For my main course, I was intrigued to try Powdered Duck Breast, which was served with smoked confit fennel & umbles. This was a salted duck breast, which was cooked perfectly pink, with the fat rendered on the outside, so it was all beautifully tender. I’m not normally a huge fan of fennel, but the smoky taste and confit style of cooking made it much nicer. I wasn’t sure what umbles were, and I’m still not entirely sure what they were in this context – as I was eating them I thought they were some sort of mushroom, but since googling them, I’ve discovered that they may well have been something that I wouldn’t have eaten if I’d known what they were. This just goes to show that ignorance is bliss, as they were delicious. Duck sauce was poured on at the table, and a jug left with me in case I wanted some more (I ended up dipping my chips in it!)
Mr W’s main was a Blackfoot Pork Chop, served with turnips, spelt, ham hock & Robert sauce. For a ‘humble’ pork chop, this was actually one of the stars of the meal: it was cooked pink, and was thick and juicy – it almost looked like a fillet steak when it arrived (save for the bone!) The spelt and ham hock were served under a jelly glaze, and topped with what we initially thought was some sort of popcorn (perhaps made from spelt) but which turned out to be crispy pork skin! Again, had I known this, I wouldn’t have been eager to try, as I’m not keen on pork crackling or scratchings, but these were lovely, so I’m glad I was only enlightened after the meal! Mr W really enjoyed this dish and was blown away by how a seemingly humble pork chop managed to be transformed into something so special.
We shared sides of green beans with shallots and fries. The fries were triple cooked, and were perfectly crispy on the outside, but – for me – were a little too thinly cut, so lacked the fluffy centre that characterises really good triple cooked chips.
For dessert, I chose Quaking Pudding, which turned out to be a kind of milky, custardy jelly, which wobbled delightfully (as did I after the amount of food I consumed that evening) and was served with pear, perry, caramel & lime. The pear was served both poached and raw and combined with the caramel and lime sauce to add a delicious sweetness to the creamy pudding.
Mr W opted for Brown Bread Ice Cream, which was served with salted caramel and a biscuit. Unfortunately, or fortunately, depending on whose perspective you are coming from, he found this a bit too sweet, so it fell to me to finish it off – and for me it was one of the best dishes of the night! The relative savouriness of the ice cream was perfect with the caramel, which had a rich, creamy texture, and the biscuit added substance to the dish. I do have an extremely sweet tooth, but for anyone who shares that, this is a divine pudding.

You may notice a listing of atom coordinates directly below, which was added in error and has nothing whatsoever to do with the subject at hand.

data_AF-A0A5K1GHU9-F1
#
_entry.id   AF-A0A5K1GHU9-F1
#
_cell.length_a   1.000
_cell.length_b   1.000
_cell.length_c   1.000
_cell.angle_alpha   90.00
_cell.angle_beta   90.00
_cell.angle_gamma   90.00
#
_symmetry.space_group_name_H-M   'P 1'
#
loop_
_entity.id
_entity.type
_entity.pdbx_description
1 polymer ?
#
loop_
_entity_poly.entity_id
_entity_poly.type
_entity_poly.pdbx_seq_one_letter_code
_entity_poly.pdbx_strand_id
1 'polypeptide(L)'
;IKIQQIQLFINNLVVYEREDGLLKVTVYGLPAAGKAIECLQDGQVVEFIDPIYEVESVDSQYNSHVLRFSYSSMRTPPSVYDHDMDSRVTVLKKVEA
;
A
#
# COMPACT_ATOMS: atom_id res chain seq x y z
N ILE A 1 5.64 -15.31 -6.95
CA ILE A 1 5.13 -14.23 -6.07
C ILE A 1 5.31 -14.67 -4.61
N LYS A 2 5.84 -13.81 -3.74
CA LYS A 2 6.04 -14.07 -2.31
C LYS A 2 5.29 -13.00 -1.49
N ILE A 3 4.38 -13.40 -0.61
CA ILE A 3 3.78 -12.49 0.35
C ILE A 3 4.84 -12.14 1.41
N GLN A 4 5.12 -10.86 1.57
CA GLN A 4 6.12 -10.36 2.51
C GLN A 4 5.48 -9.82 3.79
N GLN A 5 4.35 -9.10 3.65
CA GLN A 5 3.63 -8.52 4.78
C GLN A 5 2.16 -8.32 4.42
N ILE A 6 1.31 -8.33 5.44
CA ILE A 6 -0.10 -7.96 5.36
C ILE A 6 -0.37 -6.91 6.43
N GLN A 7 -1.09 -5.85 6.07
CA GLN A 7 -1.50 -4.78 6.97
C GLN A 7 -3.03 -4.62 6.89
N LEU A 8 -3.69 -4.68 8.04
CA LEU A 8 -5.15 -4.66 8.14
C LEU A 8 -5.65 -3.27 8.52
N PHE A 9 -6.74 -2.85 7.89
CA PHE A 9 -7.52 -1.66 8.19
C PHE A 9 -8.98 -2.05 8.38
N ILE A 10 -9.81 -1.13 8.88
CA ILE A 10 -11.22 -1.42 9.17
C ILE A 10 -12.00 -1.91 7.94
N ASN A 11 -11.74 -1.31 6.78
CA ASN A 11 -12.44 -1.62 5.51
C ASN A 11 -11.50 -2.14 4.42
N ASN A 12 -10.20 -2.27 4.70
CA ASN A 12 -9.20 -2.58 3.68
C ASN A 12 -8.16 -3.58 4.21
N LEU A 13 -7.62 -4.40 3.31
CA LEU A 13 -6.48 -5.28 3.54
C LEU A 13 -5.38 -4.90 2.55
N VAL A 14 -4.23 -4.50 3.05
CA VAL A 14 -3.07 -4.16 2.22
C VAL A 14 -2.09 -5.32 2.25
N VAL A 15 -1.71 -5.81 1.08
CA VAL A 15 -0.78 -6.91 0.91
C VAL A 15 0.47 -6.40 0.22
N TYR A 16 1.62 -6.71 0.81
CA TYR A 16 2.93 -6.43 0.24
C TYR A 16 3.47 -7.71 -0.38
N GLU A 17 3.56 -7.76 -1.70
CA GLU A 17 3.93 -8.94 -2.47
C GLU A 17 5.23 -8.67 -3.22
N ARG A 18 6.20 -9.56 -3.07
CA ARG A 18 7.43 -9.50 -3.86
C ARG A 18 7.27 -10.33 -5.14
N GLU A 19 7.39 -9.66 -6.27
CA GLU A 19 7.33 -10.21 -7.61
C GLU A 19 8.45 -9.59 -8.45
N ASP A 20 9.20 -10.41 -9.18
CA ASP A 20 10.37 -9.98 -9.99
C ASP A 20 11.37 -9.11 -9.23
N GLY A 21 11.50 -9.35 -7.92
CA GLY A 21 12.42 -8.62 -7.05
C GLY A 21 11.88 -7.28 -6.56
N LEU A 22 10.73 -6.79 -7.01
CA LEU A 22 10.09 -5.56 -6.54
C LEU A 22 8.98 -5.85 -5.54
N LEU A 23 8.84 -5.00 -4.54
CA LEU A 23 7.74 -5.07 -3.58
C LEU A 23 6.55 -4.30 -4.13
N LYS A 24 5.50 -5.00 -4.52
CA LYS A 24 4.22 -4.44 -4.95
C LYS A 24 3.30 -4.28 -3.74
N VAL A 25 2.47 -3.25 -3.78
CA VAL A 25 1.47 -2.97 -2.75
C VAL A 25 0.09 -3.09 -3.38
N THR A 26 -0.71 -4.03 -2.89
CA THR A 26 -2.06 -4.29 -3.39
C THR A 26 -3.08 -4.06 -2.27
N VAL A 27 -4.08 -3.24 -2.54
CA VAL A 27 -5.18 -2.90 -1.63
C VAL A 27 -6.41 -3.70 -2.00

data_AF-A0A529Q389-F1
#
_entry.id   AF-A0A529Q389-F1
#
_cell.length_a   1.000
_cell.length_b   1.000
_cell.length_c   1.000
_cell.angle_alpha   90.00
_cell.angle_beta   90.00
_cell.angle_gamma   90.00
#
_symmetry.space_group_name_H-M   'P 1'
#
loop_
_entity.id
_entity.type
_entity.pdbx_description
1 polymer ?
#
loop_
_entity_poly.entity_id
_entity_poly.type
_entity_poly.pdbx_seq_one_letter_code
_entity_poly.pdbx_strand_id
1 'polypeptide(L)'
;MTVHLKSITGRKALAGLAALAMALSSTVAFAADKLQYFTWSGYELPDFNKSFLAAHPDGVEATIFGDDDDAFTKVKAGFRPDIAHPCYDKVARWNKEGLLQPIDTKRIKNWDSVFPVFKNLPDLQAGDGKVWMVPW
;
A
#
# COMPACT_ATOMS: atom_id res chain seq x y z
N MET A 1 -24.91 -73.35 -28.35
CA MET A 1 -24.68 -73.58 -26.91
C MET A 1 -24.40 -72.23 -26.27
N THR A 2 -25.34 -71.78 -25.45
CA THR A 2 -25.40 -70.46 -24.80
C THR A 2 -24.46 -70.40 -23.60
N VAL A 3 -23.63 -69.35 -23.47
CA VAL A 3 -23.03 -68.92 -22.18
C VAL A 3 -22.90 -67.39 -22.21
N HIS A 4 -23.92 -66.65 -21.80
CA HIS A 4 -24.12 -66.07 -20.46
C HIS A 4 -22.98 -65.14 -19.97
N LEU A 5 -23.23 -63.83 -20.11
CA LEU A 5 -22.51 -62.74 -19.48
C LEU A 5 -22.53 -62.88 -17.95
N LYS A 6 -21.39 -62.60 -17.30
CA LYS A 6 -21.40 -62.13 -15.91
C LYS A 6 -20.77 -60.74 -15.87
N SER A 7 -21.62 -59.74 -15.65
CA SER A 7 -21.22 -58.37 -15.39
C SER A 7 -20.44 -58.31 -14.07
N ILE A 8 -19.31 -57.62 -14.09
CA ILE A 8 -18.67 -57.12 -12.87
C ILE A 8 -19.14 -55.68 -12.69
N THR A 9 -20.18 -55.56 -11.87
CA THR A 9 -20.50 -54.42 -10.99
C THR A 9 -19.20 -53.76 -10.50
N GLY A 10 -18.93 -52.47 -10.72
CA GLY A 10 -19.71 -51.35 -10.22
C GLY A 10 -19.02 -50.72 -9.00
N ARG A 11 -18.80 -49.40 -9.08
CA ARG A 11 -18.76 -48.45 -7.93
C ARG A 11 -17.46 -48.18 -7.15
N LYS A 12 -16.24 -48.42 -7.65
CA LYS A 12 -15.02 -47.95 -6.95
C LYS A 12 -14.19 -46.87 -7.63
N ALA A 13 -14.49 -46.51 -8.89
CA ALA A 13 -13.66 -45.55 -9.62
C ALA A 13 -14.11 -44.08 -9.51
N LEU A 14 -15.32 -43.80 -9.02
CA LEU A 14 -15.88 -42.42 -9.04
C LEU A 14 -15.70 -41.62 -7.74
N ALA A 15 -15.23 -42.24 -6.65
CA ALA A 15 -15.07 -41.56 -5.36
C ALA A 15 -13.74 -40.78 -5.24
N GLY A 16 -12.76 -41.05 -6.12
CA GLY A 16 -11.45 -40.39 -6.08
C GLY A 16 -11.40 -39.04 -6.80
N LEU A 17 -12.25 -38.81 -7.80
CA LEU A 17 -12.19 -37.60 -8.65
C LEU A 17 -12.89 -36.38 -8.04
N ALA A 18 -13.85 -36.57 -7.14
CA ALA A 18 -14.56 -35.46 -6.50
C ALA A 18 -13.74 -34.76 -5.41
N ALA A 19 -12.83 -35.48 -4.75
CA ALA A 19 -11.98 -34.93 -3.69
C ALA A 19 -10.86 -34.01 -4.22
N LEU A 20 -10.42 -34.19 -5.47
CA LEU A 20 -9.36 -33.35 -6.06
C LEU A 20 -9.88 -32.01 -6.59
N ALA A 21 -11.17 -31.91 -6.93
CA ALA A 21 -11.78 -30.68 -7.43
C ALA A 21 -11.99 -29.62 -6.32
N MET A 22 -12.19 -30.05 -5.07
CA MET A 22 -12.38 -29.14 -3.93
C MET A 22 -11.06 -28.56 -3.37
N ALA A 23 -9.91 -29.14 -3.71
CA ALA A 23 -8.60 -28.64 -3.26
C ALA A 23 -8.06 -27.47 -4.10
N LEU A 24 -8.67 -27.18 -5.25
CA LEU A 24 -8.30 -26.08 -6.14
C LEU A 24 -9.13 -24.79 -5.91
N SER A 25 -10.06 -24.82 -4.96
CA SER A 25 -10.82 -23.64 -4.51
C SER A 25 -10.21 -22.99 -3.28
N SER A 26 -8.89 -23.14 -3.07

A final quirk came at the end of the meal when we were served an extra dessert – a bit like an amuse bouche, but at the opposite end of the meal. This was a dark chocolate mousse infused with Earl Grey tea and served with a cardamom biscuit. It was very rich, but not too creamy, and the Earl Grey made it surprisingly refreshing for a chocolatey dessert. It was at this point that I realised I had in fact had three puddings, but it was my birthday, so I was allowed!
Aside from the couple of very minor things I’ve mentioned, our meal was pretty much flawless, and just quirky enough to be really special without losing sight of taste, texture and damn good food! What really made the visit feel like something really special, though, was the service. We had one waitress, Patricia, who looked after us for the majority of our visit, and she was truly fantastic – having the knack of knowing exactly when we needed her and being there, but being totally unobtrusive the rest of the time. She knew the menu inside out and spoke with passion and enthusiasm about the dishes as she answered our questions. The sommelier was similarly brilliant – we told her roughly what we wanted and she made some recommendations that would complement our food choices. We settled on a Fleurie, which was lovely. Wine top ups were similarly timely yet unobtrusive.
Prices, as you’d expect for a Michelin starred restaurant in London that’s been named as one of the best in the world and bears the name of someone as renowned as Heston, were fairly eye-watering, with main courses ranging up from £30, starters around the £15 mark and desserts £10. Our wine was at the lower end of the list and was around £50. This could be off-putting if you thought too much about it, but if you have the budget to do it and have decided you want the experience, then the best thing you can do is just forget about the prices and enjoy – I’d thoroughly recommend it!
Food: ***** Service: ***** Ambience: ****
Dinner by Heston Blumenthal, Mandarin Oriental Hyde Park, 66 Knightsbridge, London SW1X 7LA